Pool Safety

Pool Safety (Monkey Business Images / / March 14, 2013)

Keep your swimmers safe at home

By Amy Merck and Shari Berg, Tribune Content Agency

Florida leads the country in drowning deaths of children ages 1-4 — three times the national average, according to the Safe & Healthy Children’s Coalition. Residential swimming pools account for about 60 percent of drownings, according to the Florida Department of Health. A child can drown in a few minutes — the amount of time it takes to run inside to get a towel.

 

The risk of drowning correlates to the number of pools in the area. With 67,000 registered backyard pools in the county, according to the Orange County Department of Health, pool safety is everyone’s responsibility.

 

Layers of safety

 

Geoff Dawson, president and founder of The Pool Safety Resource, says he believes layers of protection are best.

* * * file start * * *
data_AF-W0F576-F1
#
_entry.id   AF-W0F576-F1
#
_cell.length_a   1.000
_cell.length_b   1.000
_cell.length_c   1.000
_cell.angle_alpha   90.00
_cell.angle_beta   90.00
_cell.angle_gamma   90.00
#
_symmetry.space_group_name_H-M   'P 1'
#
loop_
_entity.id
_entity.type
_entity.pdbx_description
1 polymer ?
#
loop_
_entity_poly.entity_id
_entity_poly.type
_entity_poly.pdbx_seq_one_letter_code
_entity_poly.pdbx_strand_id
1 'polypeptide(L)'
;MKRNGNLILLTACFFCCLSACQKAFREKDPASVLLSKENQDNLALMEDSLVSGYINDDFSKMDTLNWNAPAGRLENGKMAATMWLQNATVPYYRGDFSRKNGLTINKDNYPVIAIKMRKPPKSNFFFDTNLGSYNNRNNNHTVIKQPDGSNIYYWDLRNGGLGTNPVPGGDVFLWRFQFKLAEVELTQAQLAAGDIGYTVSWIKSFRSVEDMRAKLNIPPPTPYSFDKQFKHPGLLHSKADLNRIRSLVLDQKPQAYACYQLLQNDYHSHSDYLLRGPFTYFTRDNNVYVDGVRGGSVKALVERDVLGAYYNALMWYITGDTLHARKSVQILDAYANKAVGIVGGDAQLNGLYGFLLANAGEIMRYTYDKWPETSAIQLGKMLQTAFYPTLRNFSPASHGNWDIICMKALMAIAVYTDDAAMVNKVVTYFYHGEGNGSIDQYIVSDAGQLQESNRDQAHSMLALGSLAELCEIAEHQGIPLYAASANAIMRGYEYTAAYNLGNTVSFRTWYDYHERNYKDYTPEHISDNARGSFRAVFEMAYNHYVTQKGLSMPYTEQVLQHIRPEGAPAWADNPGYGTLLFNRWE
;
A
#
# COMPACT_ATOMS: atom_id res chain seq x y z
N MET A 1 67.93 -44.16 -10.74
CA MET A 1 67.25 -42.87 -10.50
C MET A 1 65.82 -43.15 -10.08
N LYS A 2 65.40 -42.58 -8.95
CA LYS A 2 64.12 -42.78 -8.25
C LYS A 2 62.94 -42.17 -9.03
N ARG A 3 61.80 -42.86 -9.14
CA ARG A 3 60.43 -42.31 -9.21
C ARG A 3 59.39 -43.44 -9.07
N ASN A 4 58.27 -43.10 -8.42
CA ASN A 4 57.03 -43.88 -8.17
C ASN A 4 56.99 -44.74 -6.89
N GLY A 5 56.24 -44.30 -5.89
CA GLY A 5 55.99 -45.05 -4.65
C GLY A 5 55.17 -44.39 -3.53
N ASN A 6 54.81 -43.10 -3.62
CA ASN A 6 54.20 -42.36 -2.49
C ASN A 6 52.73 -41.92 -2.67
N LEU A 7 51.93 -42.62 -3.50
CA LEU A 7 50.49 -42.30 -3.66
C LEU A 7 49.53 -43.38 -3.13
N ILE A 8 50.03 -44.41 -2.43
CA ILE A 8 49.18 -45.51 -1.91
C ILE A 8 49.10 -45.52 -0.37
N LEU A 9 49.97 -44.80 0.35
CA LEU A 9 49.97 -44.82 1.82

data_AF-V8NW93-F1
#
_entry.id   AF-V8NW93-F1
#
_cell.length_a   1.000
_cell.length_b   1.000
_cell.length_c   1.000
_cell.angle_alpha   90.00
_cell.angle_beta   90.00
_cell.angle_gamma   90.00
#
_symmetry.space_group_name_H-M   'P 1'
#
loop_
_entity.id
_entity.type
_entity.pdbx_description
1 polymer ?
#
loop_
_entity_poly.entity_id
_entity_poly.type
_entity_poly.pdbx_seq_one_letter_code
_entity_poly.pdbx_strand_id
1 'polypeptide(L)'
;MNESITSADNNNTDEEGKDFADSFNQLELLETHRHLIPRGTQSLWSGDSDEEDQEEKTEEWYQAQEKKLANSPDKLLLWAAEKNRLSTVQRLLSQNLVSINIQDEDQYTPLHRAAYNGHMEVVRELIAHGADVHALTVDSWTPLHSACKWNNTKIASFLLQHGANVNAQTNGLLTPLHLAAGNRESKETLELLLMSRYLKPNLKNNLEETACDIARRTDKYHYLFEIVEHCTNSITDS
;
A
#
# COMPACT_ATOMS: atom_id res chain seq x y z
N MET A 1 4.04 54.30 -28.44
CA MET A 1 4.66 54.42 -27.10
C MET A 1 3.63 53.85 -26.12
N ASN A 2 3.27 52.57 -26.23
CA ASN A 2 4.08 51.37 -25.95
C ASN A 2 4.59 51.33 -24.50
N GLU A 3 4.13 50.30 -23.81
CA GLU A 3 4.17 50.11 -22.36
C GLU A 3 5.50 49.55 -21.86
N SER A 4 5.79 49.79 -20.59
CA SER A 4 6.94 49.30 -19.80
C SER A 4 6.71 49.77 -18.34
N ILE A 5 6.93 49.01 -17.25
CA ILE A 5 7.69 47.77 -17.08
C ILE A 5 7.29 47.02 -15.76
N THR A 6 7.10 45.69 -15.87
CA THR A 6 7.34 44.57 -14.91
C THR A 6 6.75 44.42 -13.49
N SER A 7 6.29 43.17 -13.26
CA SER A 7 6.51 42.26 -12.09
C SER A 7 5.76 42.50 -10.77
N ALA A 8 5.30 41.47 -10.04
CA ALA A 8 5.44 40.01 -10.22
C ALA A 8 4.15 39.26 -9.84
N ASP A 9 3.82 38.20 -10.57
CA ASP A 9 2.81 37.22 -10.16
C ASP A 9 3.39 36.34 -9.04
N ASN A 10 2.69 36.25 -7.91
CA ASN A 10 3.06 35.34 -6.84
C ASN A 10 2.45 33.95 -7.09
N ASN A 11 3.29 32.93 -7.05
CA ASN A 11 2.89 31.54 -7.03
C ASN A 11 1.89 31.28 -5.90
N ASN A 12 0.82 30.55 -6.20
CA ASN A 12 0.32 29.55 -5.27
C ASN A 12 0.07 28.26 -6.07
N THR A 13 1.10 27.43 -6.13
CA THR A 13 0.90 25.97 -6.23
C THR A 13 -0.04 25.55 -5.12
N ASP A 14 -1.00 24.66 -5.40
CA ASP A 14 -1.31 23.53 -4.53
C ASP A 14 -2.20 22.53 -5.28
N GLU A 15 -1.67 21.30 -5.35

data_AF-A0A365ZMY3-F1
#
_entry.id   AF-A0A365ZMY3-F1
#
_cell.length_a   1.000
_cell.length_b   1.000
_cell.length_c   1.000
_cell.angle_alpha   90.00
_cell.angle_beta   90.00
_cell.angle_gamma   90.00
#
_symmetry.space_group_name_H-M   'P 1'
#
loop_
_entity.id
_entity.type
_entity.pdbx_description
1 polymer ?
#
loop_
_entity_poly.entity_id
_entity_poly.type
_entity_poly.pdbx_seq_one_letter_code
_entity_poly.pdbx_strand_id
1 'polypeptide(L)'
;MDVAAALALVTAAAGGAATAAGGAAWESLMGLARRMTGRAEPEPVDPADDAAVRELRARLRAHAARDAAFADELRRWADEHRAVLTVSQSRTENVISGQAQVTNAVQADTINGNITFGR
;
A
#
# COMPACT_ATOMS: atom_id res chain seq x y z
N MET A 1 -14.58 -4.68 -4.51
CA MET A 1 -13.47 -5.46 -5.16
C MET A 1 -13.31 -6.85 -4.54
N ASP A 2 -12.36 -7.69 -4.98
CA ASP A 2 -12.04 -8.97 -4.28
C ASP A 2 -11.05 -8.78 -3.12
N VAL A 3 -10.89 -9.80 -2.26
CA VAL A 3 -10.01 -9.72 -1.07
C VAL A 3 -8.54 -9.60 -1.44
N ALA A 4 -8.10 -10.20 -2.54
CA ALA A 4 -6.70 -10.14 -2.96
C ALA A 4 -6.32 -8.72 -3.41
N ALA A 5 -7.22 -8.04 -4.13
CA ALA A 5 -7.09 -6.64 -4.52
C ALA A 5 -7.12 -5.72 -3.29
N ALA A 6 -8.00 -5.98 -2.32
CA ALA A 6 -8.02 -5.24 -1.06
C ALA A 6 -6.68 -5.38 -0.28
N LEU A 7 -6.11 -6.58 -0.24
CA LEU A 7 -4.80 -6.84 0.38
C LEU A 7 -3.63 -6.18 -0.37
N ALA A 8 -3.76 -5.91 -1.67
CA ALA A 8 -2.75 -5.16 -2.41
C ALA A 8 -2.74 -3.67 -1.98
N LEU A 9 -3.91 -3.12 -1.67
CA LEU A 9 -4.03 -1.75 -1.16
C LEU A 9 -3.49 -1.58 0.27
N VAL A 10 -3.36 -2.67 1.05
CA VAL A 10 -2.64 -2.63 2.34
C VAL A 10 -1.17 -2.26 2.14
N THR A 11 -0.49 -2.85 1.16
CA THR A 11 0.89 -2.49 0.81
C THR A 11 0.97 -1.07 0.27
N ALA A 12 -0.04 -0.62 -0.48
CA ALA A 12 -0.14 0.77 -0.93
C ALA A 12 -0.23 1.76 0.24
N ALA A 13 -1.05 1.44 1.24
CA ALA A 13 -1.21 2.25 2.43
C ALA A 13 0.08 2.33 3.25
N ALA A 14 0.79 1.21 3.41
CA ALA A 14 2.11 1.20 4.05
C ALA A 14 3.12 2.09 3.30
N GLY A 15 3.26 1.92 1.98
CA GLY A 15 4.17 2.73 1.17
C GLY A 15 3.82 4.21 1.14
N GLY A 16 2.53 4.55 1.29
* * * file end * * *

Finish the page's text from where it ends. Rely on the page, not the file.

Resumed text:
“If one layer should fail, you have another layer of protection,” Dawson says. “The more ... layers we have in place, the safer our children will be.”

 

Layer 1 - Supervision: This is the most important element in pool safety, according to the Florida Department of Health’s WaterproofFL campaign. This doesn’t mean having a bunch of adults sitting around the pool. Too often, there is a false sense of security in numbers. Drownings are quick and quiet. Don’t assume someone is watching. Assign someone to focus solely on the people in the pool.

 

Dawson recommends the supervising adult wear an identifying lanyard, and the duty be handed to someone else every 15 minutes to ensure the “watcher” is always fresh.

 

Dawson also warns against relying too heavily on floatation devices to keep children safe.

 

Layer 2 - Barriers: A child should never be able to get near a pool without adult supervision. It is too easy for a child to slip out a back door undetected and end up in the pool. Childproof locks, door alarms, fences, gates and professional covers all introduce obstacles between a child and a pool. The Florida Department of Health recommends using a combination of barriers.

 

“Isolate the pool as much as possible, particularly using fencing, and only go through that fencing when you want to use the pool,” says Dawson.